|Evolution of Trip Chaining Complexity in London from 1991 to 2001 to 2010
|Year of Publication
|Zhan Zhao, Jinhua Zhao
|13th World Conference on Transport Research
|World Conference on Transport Research Society
|Rio de Janeiro
|Discrete choice modelling, London, Mode choice, Travel behaviour, Trip chaining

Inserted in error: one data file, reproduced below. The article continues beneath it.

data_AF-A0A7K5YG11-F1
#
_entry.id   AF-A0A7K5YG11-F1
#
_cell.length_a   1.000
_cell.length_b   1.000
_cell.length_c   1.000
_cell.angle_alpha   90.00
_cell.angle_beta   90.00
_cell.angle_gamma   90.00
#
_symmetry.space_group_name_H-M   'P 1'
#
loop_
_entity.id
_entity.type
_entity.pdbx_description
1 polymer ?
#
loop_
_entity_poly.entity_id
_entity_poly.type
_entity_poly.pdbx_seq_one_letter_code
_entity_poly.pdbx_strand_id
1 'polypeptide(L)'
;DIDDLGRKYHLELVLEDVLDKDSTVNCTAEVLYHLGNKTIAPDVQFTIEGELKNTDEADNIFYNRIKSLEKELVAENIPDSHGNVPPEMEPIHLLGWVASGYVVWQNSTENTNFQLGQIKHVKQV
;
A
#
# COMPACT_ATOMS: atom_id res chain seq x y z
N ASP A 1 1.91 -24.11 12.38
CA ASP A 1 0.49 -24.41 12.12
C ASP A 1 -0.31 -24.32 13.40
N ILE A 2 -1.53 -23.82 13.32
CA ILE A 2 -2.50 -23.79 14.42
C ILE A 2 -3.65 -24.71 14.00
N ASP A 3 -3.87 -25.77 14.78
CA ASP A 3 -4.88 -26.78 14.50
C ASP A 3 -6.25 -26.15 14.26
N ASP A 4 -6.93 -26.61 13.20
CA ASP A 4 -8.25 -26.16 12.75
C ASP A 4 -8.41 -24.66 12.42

As people’s socio-economic activities become more complex and connected, it is conjectured that as one of the behavioral indicators, trip chaining--the propensity to link a series of activities into a multi-stop tour, is likely to become more prevalent and complex over time. Using three waves of large-scale household travel surveys, this paper characterized the trip chaining patterns in London, examined their evolution over the past two decades and identified the socioeconomic variables that contributed to the trend. Overall trip chaining complexity in London increased over time. Work-based tours were most complex and school-based tours simplest, while other tours had the most significant increase of complexity. Interestingly, transit-based tours become more complex in a faster pace than car-based tours. Based on a series of discrete choice modelling, it was found that having larger households, full-time employment, being male, and having access to car decrease the propensity for trip chaining, while having children, higher income, traveling in the AM peak, and having driver licenses increase trip chaining. Comparison across years reveals rising household income, diminishing household size, more people with driver license, and senior’s more active participation in trip chaining are among the factors contributed to the increasing complexity. The study results provides useful insights into improving transit service to accommodate the increasing need of trip chaining as well as constraining car use through controlling parking.